Category Archives: Helpful Articles

Choosing Your Winning Image: Tips from Competition Judge Virgil Bunao

Image competition has always been a challenge to me. How are we supposed to choose that ‘winning’ image out of the millions of images we have created in the past!? The very thought of going through all of our past images is both daunting and overwhelming.

So let’s tackle this … Well, how do we eat an elephant (hypothetically speaking)? One bite at a time, right? Right.

Whenever I have a challenging task at hand, I go into a quiet space where I can concentrate. Then I try to stick to the fundamentals:

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0. YOU. ARE. INCREDIBLE. This is line item 0 because it is important for you to know that I admire you taking a big step out of your comfort zone, to improve your craft and get better. Your pursuit of excellence fuels me, moves me and encourages me. Nice job taking the big step.


1. Light and composition. Among the collection of images, which photographs stick out as your favorite? Try not to be emotionally attached to the images you choose. Be objective. Look for images that are well lit and well composed. Often I love images because of how sweet my subjects were, how they were so cooperative and how the weather was so nice. Eliminate all of that, and focus on the basics – light and composition. Whether the light is natural or artificial makes no difference as long as the image is lit well. A well composed image is properly cropped. It is not crooked. And every aspect of the photograph makes sense.

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2. Emotional content. I love images that are full of life and emotion. Laughter and tears are good. But a winning image doesn’t have to have the laughter and tears. A winning image could also have that ‘thing’ that captivates the audience in a more personal way.

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3. Authenticity. A winning image, to me, is not contrived. A winning image to me is authentic. It is real. It is honest. A winning image doesn’t necessarily have to be technically perfect. Real, true, honest images that tell a beautiful story score high in my book.


4. Lines and edges. Make sure nothing is sticking out of people’s heads. Watch your lines and edges. Lines on a photograph, in my opinion, should lead my eye to something even better within the photograph. I look at the edges too, and make sure nothing is out of place.


5. Movement. I love motion. Movement. It gives life to the image. The image doesn’t even need to be tack sharp. A properly lit and composed image that illustrates some form of movement scores high.


6. Seek out other artists. Take fellow photographers, artists, painters, out for a drink, and go over the images that you are considering. Seek their opinions. Some photographers offer portfolio review sessions. Sign up for those. Some photo groups do them for free. Sign up. The more feedback you can get on your images outside of your mother’s dining table, or your Facebook ‘fan club’, the better.


7. Don’t stop. Win or lose, no matter the outcome of the competition, use it as an engine to get you to the next level. Never stop learning. Never stop improving. You didn’t choose this life. This life chose YOU. Be better than last week. Do your research. Follow these, and the other judges’, tips, and win this contest.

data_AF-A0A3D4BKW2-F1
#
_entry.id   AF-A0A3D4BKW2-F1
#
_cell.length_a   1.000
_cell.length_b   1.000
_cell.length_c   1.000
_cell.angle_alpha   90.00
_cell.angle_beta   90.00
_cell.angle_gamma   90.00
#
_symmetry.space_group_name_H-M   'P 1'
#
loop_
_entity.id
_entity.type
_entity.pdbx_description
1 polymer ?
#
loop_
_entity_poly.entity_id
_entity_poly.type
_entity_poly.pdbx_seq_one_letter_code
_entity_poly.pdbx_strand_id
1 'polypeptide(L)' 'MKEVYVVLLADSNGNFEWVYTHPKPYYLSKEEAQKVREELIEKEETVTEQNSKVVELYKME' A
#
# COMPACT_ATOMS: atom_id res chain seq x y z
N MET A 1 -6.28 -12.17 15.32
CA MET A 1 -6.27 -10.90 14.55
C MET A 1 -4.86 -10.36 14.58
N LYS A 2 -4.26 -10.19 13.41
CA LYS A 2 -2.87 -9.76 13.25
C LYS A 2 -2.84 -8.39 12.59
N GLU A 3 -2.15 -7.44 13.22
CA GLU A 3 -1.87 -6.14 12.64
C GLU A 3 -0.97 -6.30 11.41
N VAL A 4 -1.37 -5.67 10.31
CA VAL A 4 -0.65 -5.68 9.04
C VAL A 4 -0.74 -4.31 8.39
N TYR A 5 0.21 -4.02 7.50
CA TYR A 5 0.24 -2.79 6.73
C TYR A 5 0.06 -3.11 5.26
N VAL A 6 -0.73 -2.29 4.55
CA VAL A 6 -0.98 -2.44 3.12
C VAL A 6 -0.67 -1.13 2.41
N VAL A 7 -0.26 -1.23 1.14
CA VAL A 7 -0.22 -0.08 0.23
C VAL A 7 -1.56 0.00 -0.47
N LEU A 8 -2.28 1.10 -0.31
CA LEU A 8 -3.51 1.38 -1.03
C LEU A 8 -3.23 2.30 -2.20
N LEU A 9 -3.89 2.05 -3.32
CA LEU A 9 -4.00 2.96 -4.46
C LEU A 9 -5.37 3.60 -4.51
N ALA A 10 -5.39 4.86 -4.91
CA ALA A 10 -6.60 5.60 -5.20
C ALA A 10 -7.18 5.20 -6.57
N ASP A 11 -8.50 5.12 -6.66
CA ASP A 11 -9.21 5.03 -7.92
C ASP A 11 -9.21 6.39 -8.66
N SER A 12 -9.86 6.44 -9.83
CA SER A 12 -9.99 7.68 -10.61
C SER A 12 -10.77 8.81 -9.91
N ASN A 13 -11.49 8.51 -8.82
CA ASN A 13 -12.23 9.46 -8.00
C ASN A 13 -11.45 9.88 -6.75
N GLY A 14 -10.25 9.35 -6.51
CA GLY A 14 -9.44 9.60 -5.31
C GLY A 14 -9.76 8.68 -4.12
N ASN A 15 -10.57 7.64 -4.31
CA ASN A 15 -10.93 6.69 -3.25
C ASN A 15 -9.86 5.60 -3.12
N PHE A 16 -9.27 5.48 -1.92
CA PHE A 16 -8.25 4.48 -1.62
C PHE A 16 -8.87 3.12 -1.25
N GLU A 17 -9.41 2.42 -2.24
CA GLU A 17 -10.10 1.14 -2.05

View more of Virgil’s stunning portfolio on his website.

Spotlight: How to Take Pictures of Holiday Lights

Lights2Photo Credit | A Beautiful Mess

What’s more beautiful than holiday lights at night? Whether you’re driving through the neighborhood with your family, or walking through the snow with hot chocolate, it’s a magical experience. It’s often so hard to capture the beauty of the lights that you see in person through your camera… so we’ve put together a few tips to take some great shots of this heart-warming holiday tradition.

1. Photograph in the late afternoon/early evening. Shoot when the light is dim, resulting in more vibrant colors and more interesting backgrounds.

2. Be as still as possible – if you have a tripod, don’t be afraid to use it!

3. Make sure your camera settings are optimized for your conditions.

We love these helpful articles: read more tips here, and find out exactly what settings your camera should be at to get the perfect holiday light photo here.

Lights1Photo Credit | Pinterest

What’s In Her Bag: Christen Foster


What’s In Her Bag:

1. The gorgeous Nikon D700, and lenses AF-S Nikkor 85mm f/1.4G, AF Micro-Nikkor 60mm f/2.8D, and AF-S Nikkor 50mm f/1.4G.
2. We’re sure Christen achieves some beautiful shots with the 42″ Multidisk Reflector (not pictured).
3. And what photographer’s bag would be complete without the Expodisc White Balance Filter?
4. We think Christen’s notebook is super cute! And business cards are a must!
5. Always make sure you carry extra card readers!
6. Tuck it all away in the stylish Kelly Moore Posey 2 Bag in Grey!

Thank you so much to Christen for sharing What’s In Her Bag! Be sure to follow along with Christen’s work on her website, on Facebook, and on Instagram!

What’s in Her Bag: Elizabeth Seliga



What’s in Her Bag:

1. Camera: Nikon D610 with vertical grip stickers
2. Elizabeth has lots of lenses for different shots – we love it!
3. The 3 Cats Photo Mascot is adorable. So many cute options here if you work with little ones.
4. We love how prepared Elizabeth is with all of her accessories: Sekonic Light Meter, ND filters, Expodicsc, and a case of camera cards.
5. Yongnuo 622N-TX Controller, Yongnuo 622N Trigger, NikonSB800 HSS Flash, Yongnuo Speedlight YN 560-III.
6. Pack it all up in a Pelican 1510 Rolling case with Dividers!

Be sure to check out Elizabeth’s stunning work on her website, on Facebook, and on Instagram!
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